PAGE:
The Numismatic Bibliomania Society



The E-Sylum: Volume 22, Number 15, April 14, 2019, Article 13


On Brummagems
Jeff Rock writes:

On Brummagems, the word was first used for the mass of lightweight counterfeit halfpence and farthing that came out of Birmingham in the 1770s-1790s, and also encompassed the British evasion copper series when those were minted in the 1790s. To this day a few British collectors still use the word in its intended derogatory sense - usually those who don't appreciate the history of these counterfeits (the British AND American economies would have failed without them since neither country ever had enough copper coinage for daily business transactions).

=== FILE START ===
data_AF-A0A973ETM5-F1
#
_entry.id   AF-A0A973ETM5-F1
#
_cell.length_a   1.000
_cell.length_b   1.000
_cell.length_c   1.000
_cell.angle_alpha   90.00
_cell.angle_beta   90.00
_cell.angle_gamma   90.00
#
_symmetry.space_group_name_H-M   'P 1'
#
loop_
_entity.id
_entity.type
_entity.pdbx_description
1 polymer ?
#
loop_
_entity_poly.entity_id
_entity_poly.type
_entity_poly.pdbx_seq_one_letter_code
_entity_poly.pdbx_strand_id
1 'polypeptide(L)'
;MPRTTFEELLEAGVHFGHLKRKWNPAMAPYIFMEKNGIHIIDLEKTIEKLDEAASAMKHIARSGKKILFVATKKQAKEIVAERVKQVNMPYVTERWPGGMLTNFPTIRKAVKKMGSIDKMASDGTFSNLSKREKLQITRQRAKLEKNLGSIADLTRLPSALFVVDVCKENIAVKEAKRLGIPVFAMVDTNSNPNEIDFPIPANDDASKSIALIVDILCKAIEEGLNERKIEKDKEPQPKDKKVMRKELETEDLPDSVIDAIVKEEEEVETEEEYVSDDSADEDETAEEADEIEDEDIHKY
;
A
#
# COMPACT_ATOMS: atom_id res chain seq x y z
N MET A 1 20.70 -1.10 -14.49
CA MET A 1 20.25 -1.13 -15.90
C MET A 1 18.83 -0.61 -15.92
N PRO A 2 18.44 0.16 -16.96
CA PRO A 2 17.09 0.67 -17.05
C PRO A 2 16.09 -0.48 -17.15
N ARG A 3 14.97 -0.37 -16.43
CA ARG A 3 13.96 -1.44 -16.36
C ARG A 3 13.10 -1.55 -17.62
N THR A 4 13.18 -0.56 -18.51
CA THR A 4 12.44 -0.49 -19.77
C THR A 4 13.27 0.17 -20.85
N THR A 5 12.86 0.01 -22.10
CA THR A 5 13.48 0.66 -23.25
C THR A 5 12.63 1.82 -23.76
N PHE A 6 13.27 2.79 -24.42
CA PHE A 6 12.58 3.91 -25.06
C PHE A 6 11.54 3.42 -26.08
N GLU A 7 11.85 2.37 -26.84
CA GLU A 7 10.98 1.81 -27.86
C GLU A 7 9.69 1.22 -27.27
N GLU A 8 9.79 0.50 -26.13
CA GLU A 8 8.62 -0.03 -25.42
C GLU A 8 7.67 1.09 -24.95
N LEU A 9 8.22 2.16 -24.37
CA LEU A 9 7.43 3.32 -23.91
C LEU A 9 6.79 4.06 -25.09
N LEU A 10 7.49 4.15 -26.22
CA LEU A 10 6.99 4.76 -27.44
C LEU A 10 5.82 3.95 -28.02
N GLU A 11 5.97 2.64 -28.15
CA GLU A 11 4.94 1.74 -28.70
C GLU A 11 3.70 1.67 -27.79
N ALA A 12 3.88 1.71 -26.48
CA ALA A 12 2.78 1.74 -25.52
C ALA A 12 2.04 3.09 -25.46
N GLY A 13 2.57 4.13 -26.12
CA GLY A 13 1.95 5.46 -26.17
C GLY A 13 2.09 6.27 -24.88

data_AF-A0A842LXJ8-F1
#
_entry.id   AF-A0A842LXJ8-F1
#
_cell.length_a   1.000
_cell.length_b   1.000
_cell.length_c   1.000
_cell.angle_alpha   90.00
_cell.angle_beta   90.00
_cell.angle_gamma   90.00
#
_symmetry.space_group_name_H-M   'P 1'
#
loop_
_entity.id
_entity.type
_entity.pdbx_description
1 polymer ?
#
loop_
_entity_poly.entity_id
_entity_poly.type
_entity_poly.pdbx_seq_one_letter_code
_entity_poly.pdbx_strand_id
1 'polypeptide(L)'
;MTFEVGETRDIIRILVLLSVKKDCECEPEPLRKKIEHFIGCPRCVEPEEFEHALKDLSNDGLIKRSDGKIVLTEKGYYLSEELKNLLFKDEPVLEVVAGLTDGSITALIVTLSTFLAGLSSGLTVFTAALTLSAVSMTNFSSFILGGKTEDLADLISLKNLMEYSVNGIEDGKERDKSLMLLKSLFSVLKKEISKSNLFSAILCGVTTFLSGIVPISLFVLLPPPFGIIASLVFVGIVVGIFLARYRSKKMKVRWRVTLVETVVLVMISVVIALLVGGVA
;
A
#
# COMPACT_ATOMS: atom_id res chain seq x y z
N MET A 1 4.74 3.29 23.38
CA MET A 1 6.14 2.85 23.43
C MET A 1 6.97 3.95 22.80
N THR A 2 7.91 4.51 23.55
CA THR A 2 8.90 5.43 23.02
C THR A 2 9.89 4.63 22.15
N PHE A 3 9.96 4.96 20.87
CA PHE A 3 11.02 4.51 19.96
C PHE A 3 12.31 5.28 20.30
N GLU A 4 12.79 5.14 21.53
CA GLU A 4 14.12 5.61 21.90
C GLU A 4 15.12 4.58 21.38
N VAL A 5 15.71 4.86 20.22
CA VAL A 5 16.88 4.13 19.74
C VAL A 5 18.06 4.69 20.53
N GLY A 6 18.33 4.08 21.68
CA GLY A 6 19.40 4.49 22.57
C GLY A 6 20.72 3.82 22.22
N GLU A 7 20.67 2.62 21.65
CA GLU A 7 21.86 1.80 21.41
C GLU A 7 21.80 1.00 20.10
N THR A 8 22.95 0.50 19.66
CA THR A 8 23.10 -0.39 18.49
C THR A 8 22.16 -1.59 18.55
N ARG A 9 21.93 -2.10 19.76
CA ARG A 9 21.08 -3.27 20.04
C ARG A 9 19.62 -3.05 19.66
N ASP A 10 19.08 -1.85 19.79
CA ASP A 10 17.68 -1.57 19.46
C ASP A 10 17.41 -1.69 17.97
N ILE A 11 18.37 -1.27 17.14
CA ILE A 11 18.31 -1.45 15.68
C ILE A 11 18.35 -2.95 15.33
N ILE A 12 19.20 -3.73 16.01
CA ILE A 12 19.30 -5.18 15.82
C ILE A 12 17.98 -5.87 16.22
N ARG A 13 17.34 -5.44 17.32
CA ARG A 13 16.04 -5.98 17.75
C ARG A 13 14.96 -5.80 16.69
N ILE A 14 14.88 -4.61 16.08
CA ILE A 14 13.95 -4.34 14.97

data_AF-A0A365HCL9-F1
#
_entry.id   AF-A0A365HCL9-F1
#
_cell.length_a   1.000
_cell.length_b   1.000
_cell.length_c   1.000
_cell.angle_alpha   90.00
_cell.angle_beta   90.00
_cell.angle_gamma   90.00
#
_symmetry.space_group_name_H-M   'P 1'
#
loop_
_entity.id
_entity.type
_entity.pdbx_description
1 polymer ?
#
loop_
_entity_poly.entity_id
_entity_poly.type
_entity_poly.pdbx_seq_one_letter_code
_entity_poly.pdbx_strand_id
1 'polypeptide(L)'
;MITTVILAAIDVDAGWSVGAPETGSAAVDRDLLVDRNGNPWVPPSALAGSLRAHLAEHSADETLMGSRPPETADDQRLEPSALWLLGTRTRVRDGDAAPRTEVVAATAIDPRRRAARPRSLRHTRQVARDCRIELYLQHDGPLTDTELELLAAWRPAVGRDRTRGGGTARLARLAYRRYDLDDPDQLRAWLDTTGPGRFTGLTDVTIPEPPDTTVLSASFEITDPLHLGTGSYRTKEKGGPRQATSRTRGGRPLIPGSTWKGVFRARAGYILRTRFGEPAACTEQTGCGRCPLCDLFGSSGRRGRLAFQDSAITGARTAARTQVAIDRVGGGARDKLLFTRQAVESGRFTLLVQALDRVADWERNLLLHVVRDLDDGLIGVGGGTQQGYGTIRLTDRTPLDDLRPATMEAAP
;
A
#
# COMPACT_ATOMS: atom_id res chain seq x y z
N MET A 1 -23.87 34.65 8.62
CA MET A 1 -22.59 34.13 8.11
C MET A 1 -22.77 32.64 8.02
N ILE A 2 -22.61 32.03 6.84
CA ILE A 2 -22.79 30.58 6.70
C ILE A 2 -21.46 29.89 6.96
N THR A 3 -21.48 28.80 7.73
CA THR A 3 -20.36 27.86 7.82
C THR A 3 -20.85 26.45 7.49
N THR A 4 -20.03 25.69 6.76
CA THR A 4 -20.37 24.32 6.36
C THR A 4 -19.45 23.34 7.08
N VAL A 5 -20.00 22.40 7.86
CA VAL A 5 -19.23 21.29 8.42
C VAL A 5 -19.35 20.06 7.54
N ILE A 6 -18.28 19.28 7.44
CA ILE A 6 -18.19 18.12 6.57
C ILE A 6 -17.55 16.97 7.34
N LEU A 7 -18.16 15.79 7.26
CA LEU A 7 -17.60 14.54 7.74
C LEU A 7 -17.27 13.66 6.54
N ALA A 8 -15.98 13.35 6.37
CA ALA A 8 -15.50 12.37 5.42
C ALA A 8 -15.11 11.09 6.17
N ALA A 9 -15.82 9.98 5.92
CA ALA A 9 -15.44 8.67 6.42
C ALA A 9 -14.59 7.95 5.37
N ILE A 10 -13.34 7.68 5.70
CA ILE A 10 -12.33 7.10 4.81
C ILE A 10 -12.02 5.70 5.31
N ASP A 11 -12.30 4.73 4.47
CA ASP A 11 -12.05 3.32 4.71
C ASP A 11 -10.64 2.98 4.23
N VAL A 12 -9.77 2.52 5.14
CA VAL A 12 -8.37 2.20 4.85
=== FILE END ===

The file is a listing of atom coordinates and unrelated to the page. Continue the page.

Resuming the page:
When I visited Birmingham a few years back I got the sense that the city had the last laugh - yes, they were famous for inexpensive products, but also high-end luxury products like those produced at the Soho Manufactory (which turned out all sorts of art objects along with coins, tokens, medals, buttons and the like). And, of course, the city got very, very rich from the trade.

To read the earlier E-Sylum article, see:

WWI Prison Camp Money Collected in 1917
Dave Hirt writes:

Sometimes I enjoy pulling an old auction catalog from the shelf and looking through it. Sometimes I find things that I missed on previous looks. This week while looking a Wayte Raymond Catalog of Aug. 27, 1917, I came across 8 lots of Prison Camp Money from the first World War. The war was still ongoing at this time, America had just entered it a few months previous. There were two lots of metallic pieces, and 6 lots of paper pieces. I was surprised that these items were already in collecting interest at this early date.